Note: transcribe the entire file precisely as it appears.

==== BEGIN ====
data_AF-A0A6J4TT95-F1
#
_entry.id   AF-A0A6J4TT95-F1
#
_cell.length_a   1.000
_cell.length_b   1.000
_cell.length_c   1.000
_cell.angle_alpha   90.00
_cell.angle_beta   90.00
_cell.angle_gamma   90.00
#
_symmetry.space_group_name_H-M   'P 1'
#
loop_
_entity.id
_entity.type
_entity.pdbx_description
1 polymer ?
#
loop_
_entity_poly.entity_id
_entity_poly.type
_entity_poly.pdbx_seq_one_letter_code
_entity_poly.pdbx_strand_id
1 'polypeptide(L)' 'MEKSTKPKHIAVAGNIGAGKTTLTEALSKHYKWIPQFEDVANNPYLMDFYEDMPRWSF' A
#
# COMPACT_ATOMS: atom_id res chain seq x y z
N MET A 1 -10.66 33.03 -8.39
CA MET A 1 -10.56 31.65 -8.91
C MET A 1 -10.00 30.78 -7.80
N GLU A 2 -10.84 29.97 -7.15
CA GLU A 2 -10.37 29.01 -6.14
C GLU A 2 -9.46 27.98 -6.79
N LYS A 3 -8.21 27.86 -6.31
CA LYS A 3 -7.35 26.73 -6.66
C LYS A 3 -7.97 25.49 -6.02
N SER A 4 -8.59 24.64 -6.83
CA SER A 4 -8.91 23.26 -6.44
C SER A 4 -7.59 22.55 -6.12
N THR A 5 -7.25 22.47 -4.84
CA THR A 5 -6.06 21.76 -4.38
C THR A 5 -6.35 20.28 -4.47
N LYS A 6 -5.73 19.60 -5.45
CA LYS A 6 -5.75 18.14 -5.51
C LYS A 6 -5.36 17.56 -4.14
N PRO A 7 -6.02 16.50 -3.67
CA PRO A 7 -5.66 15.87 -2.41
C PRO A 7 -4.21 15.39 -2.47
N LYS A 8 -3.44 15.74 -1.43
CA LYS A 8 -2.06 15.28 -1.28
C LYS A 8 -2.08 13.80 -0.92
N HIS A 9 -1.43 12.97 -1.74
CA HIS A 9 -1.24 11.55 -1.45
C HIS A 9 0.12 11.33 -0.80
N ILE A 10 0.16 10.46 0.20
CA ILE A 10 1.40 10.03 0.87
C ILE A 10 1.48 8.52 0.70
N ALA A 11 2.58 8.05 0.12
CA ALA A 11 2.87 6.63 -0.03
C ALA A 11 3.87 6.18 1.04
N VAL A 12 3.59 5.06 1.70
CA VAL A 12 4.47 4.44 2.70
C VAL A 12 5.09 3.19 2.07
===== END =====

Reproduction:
data_AF-A0A6J4TT95-F1
#
_entry.id   AF-A0A6J4TT95-F1
#
_cell.length_a   1.000
_cell.length_b   1.000
_cell.length_c   1.000
_cell.angle_alpha   90.00
_cell.angle_beta   90.00
_cell.angle_gamma   90.00
#
_symmetry.space_group_name_H-M   'P 1'
#
loop_
_entity.id
_entity.type
_entity.pdbx_description
1 polymer ?
#
loop_
_entity_poly.entity_id
_entity_poly.type
_entity_poly.pdbx_seq_one_letter_code
_entity_poly.pdbx_strand_id
1 'polypeptide(L)' 'MEKSTKPKHIAVAGNIGAGKTTLTEALSKHYKWIPQFEDVANNPYLMDFYEDMPRWSF' A
#
# COMPACT_ATOMS: atom_id res chain seq x y z
N MET A 1 -10.66 33.03 -8.39
CA MET A 1 -10.56 31.65 -8.91
C MET A 1 -10.00 30.78 -7.80
N GLU A 2 -10.84 29.97 -7.15
CA GLU A 2 -10.37 29.01 -6.14
C GLU A 2 -9.46 27.98 -6.79
N LYS A 3 -8.21 27.86 -6.31
CA LYS A 3 -7.35 26.73 -6.66
C LYS A 3 -7.97 25.49 -6.02
N SER A 4 -8.59 24.64 -6.83
CA SER A 4 -8.91 23.26 -6.44
C SER A 4 -7.59 22.55 -6.12
N THR A 5 -7.25 22.47 -4.84
CA THR A 5 -6.06 21.76 -4.38
C THR A 5 -6.35 20.28 -4.47
N LYS A 6 -5.73 19.60 -5.45
CA LYS A 6 -5.75 18.14 -5.51
C LYS A 6 -5.36 17.56 -4.14
N PRO A 7 -6.02 16.50 -3.67
CA PRO A 7 -5.66 15.87 -2.41
C PRO A 7 -4.21 15.39 -2.47
N LYS A 8 -3.44 15.74 -1.43
CA LYS A 8 -2.06 15.28 -1.28
C LYS A 8 -2.08 13.80 -0.92
N HIS A 9 -1.43 12.97 -1.74
CA HIS A 9 -1.24 11.55 -1.45
C HIS A 9 0.12 11.33 -0.80
N ILE A 10 0.16 10.46 0.20
CA ILE A 10 1.40 10.03 0.87
C ILE A 10 1.48 8.52 0.70
N ALA A 11 2.58 8.05 0.12
CA ALA A 11 2.87 6.63 -0.03
C ALA A 11 3.87 6.18 1.04
N VAL A 12 3.59 5.06 1.70
CA VAL A 12 4.47 4.44 2.70
C VAL A 12 5.09 3.19 2.07